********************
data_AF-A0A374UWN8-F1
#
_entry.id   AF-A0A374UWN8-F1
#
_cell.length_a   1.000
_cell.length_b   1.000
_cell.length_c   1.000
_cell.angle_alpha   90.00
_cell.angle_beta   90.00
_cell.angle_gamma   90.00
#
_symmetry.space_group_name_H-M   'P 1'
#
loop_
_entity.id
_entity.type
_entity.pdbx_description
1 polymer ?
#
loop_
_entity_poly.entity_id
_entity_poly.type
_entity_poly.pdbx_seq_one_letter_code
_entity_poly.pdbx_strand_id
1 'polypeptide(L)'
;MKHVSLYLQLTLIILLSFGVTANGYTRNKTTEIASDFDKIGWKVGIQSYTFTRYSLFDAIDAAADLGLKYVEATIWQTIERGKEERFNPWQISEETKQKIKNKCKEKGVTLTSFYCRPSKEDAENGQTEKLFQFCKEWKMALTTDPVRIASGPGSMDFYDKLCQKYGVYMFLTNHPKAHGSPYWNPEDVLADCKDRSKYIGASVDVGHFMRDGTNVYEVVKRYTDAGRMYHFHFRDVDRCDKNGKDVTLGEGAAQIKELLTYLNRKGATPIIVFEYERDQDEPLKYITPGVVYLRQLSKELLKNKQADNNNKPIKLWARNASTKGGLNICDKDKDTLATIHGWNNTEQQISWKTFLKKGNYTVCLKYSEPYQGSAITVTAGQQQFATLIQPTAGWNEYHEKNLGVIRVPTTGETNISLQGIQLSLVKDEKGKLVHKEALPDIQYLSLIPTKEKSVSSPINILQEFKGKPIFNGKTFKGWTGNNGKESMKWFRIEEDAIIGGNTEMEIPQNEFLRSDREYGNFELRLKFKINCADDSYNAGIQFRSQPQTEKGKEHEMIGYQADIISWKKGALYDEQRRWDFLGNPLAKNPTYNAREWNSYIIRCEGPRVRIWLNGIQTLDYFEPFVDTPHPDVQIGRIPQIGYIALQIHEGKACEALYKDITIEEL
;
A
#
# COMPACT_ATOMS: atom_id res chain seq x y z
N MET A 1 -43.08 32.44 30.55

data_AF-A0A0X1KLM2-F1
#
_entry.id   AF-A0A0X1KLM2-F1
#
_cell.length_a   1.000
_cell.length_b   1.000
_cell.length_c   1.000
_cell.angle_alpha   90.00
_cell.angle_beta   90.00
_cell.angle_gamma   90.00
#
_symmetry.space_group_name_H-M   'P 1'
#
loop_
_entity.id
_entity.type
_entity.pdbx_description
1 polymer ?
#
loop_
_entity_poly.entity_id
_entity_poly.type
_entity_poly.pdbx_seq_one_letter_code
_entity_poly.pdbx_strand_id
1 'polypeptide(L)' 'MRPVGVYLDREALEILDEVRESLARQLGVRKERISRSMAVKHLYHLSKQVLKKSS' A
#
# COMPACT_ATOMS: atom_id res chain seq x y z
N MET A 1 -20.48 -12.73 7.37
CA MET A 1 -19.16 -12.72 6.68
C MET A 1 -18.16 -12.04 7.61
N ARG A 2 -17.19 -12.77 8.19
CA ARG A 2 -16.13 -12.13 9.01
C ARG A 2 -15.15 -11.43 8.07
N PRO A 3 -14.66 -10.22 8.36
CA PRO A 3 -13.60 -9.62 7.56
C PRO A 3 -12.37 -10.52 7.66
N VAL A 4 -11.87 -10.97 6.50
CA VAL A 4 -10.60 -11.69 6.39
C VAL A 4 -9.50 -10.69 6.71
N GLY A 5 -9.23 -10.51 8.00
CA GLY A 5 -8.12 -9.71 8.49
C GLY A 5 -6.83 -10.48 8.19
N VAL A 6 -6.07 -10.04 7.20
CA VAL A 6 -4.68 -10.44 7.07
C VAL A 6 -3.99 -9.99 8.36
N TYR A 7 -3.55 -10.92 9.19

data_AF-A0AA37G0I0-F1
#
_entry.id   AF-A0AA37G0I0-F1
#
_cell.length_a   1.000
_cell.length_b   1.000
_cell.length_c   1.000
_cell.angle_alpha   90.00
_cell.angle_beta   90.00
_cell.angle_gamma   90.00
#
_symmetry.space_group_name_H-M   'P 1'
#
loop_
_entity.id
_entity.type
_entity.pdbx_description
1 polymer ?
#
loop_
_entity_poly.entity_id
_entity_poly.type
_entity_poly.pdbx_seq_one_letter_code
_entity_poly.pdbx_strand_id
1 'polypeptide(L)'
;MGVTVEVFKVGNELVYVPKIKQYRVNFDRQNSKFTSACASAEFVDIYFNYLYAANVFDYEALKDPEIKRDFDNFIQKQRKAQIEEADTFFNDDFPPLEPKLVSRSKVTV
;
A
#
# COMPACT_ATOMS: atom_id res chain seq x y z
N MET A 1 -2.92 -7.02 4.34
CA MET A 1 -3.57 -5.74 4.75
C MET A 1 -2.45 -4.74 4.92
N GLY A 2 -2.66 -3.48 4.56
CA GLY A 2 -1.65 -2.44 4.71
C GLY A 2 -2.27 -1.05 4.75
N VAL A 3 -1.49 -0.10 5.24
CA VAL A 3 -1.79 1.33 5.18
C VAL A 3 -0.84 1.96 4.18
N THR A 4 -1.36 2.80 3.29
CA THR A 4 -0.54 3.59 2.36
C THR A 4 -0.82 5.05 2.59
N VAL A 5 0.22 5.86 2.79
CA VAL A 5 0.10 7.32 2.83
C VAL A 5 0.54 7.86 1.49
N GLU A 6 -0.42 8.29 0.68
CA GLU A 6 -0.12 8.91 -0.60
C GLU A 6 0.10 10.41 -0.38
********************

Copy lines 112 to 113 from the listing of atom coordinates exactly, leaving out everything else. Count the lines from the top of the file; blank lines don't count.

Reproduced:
CA GLY A 2 -1.65 -2.44 4.71
C GLY A 2 -2.27 -1.05 4.75